money," said Mr. Chopra. "Student discounts can help you significantly lower
the day to day cost of going to school."
BMO recently introduced the BMO SPC Mosaik MasterCard to help students
maximize their use of discounts and savings on clothes, food, entertainment,
travel and other services at more than 110 merchants in 10,000 locations
across Canada. In addition, the new card can help students establish a strong
credit rating, which will be crucial to receiving approval on car loans,
business loans and mortgages after graduation.
(1) The cost of a university education will vary based on provincial
subsidies, university tuition fees, and regional cost of living
Tips for university budgeting
- Develop a realistic budget that includes textbooks, supplies,
computers (software and Internet), transportation, general living and
- Expect the unexpected and be prepared. From extra costs for books to
a flat tire or an unplanned trip home to see the family, unexpected
expenses do arise and students should have a financial contingency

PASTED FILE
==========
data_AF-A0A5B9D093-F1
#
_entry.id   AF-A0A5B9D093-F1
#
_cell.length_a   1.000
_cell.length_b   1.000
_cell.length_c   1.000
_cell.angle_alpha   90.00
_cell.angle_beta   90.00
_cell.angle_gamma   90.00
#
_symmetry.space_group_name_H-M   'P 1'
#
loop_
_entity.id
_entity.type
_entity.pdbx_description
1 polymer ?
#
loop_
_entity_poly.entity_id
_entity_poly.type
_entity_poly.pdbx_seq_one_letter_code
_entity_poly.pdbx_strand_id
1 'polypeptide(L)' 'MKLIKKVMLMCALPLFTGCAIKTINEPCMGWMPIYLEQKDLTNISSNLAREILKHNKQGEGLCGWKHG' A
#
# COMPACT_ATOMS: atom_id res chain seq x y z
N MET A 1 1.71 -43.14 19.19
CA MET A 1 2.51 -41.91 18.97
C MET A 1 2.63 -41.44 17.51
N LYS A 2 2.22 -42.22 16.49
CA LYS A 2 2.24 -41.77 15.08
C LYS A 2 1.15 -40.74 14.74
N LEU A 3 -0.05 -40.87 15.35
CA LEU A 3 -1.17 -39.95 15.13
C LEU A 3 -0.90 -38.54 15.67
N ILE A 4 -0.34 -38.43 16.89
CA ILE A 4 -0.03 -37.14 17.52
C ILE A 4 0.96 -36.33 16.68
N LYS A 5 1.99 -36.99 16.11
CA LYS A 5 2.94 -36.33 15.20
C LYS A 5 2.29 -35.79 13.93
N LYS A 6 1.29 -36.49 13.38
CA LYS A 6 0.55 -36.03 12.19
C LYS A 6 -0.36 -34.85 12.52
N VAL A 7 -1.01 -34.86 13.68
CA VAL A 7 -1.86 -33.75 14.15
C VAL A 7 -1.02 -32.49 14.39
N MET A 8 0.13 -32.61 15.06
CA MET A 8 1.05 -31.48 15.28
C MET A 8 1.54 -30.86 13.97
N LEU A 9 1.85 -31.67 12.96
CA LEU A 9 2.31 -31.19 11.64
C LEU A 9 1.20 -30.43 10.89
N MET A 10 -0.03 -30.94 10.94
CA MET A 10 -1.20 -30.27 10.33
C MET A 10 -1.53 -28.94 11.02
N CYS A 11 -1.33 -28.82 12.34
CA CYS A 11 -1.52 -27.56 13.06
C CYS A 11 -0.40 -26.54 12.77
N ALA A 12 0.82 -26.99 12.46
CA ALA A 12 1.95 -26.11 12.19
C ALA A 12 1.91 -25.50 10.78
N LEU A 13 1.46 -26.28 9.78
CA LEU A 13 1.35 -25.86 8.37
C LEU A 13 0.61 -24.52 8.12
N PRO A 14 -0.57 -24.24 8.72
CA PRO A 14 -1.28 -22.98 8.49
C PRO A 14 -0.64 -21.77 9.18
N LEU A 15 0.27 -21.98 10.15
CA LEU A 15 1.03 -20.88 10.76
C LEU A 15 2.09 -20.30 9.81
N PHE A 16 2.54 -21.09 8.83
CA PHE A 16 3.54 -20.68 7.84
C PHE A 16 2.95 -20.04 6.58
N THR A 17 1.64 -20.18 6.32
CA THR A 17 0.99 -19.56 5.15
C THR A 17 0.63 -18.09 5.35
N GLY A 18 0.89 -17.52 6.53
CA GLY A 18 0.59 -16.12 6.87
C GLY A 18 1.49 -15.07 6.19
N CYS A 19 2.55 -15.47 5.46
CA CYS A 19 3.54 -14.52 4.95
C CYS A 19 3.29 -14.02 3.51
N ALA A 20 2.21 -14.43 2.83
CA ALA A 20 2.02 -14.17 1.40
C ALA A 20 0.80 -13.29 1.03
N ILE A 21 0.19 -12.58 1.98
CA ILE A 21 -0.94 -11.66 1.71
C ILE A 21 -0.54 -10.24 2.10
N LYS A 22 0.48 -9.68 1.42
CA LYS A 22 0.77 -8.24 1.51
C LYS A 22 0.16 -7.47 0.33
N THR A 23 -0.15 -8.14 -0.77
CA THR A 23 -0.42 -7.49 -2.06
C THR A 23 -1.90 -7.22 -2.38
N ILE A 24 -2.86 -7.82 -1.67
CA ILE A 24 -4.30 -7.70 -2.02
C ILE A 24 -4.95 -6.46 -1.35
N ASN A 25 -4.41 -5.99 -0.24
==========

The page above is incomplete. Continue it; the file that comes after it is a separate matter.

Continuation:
- Take advantage of student discounts, as every cent counts. Many
stores and transportation networks offer discounts so don't be afraid
to ask. BMO Bank of Montreal is one of the only banks to offer free
banking for students so shop around before opening an account or
asking for a loan.
- Pay as you go - If you can, pay for your education as you go. Many
students enter college or university without having a sound plan to
fund their education: Consider using savings from a summer or
part-time job throughout the year to help you pay as you go.
- Know your financing options - If you do not qualify for government
assistance and/or do not have enough savings from a summer job, most
financial institutions can provide financial help with a loan or a
line of credit.
- Think both short and long term - By having two different bank
accounts, students can manage their short and long-term financial
needs separately. A day-to-day chequing account is perfect for daily
and weekly needs, while a savings account is a good place to park
money needed later in the year.
- Regularly re-evaluate your financial needs - As you go through
college or university, the financial assistance you require often
changes. Scheduling regular appointments with your banking
professional is one way to maintain healthy finances and allows you
to make any necessary financial adjustments.
- Pay interest only on the funds you use - Student Lines of Credit
differ from traditional loans because once approved, you take out